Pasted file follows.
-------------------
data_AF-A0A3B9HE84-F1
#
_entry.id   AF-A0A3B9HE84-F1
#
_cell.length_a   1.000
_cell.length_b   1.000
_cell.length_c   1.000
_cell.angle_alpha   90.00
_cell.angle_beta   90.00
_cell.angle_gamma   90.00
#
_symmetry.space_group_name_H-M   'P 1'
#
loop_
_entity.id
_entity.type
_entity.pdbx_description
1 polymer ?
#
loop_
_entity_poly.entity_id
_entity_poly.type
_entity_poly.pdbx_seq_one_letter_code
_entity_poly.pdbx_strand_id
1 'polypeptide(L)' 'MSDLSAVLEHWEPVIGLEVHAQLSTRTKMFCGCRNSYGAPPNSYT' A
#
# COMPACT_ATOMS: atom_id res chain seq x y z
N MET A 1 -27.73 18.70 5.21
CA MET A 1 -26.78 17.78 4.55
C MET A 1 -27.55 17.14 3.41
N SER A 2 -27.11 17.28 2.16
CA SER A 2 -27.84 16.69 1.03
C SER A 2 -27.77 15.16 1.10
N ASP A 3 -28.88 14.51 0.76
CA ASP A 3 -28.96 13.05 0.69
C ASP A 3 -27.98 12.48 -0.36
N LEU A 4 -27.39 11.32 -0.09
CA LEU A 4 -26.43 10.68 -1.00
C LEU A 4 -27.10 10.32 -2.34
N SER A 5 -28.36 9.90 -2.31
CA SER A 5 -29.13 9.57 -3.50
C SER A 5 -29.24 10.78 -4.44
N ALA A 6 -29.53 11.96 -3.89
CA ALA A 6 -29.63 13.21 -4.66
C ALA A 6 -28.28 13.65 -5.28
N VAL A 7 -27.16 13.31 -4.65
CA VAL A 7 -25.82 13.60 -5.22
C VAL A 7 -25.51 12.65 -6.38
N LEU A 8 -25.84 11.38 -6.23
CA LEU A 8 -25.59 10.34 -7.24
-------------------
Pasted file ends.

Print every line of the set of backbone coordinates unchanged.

data_AF-A0A3B9HE84-F1
#
_entry.id   AF-A0A3B9HE84-F1
#
_cell.length_a   1.000
_cell.length_b   1.000
_cell.length_c   1.000
_cell.angle_alpha   90.00
_cell.angle_beta   90.00
_cell.angle_gamma   90.00
#
_symmetry.space_group_name_H-M   'P 1'
#
loop_
_entity.id
_entity.type
_entity.pdbx_description
1 polymer ?
#
loop_
_entity_poly.entity_id
_entity_poly.type
_entity_poly.pdbx_seq_one_letter_code
_entity_poly.pdbx_strand_id
1 'polypeptide(L)' 'MSDLSAVLEHWEPVIGLEVHAQLSTRTKMFCGCRNSYGAPPNSYT' A
#
# COMPACT_ATOMS: atom_id res chain seq x y z
N MET A 1 -27.73 18.70 5.21
CA MET A 1 -26.78 17.78 4.55
C MET A 1 -27.55 17.14 3.41
N SER A 2 -27.11 17.28 2.16
CA SER A 2 -27.84 16.69 1.03
C SER A 2 -27.77 15.16 1.10
N ASP A 3 -28.88 14.51 0.76
CA ASP A 3 -28.96 13.05 0.69
C ASP A 3 -27.98 12.48 -0.36
N LEU A 4 -27.39 11.32 -0.09
CA LEU A 4 -26.43 10.68 -1.00
C LEU A 4 -27.10 10.32 -2.34
N SER A 5 -28.36 9.90 -2.31
CA SER A 5 -29.13 9.57 -3.50
C SER A 5 -29.24 10.78 -4.44
N ALA A 6 -29.53 11.96 -3.89
CA ALA A 6 -29.63 13.21 -4.66
C ALA A 6 -28.28 13.65 -5.28
N VAL A 7 -27.16 13.31 -4.65
CA VAL A 7 -25.82 13.60 -5.22
C VAL A 7 -25.51 12.65 -6.38
N LEU A 8 -25.84 11.38 -6.23
CA LEU A 8 -25.59 10.34 -7.24